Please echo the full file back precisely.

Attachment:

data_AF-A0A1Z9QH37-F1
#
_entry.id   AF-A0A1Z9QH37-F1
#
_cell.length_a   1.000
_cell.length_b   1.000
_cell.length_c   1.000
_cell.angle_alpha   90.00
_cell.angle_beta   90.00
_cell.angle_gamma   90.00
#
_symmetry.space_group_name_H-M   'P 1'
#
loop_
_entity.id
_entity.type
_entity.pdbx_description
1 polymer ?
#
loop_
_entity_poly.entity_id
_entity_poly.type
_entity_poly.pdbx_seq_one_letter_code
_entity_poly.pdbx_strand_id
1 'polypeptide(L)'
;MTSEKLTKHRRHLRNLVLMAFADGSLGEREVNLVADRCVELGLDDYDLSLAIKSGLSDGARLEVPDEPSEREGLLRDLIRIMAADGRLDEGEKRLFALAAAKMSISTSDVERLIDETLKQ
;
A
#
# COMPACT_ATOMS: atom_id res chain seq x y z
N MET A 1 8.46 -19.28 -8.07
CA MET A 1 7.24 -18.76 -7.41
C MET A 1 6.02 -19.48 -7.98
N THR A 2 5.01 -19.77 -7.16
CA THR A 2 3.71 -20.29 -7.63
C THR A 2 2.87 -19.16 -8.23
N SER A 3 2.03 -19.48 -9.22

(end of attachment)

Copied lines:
data_AF-A0A1Z9QH37-F1
#
_entry.id   AF-A0A1Z9QH37-F1
#
_cell.length_a   1.000
_cell.length_b   1.000
_cell.length_c   1.000
_cell.angle_alpha   90.00
_cell.angle_beta   90.00
_cell.angle_gamma   90.00
#
_symmetry.space_group_name_H-M   'P 1'
#
loop_
_entity.id
_entity.type
_entity.pdbx_description
1 polymer ?
#
loop_
_entity_poly.entity_id
_entity_poly.type
_entity_poly.pdbx_seq_one_letter_code
_entity_poly.pdbx_strand_id
1 'polypeptide(L)'
;MTSEKLTKHRRHLRNLVLMAFADGSLGEREVNLVADRCVELGLDDYDLSLAIKSGLSDGARLEVPDEPSEREGLLRDLIRIMAADGRLDEGEKRLFALAAAKMSISTSDVERLIDETLKQ
;
A
#
# COMPACT_ATOMS: atom_id res chain seq x y z
N MET A 1 8.46 -19.28 -8.07
CA MET A 1 7.24 -18.76 -7.41
C MET A 1 6.02 -19.48 -7.98
N THR A 2 5.01 -19.77 -7.16
CA THR A 2 3.71 -20.29 -7.63
C THR A 2 2.87 -19.16 -8.23
N SER A 3 2.03 -19.48 -9.22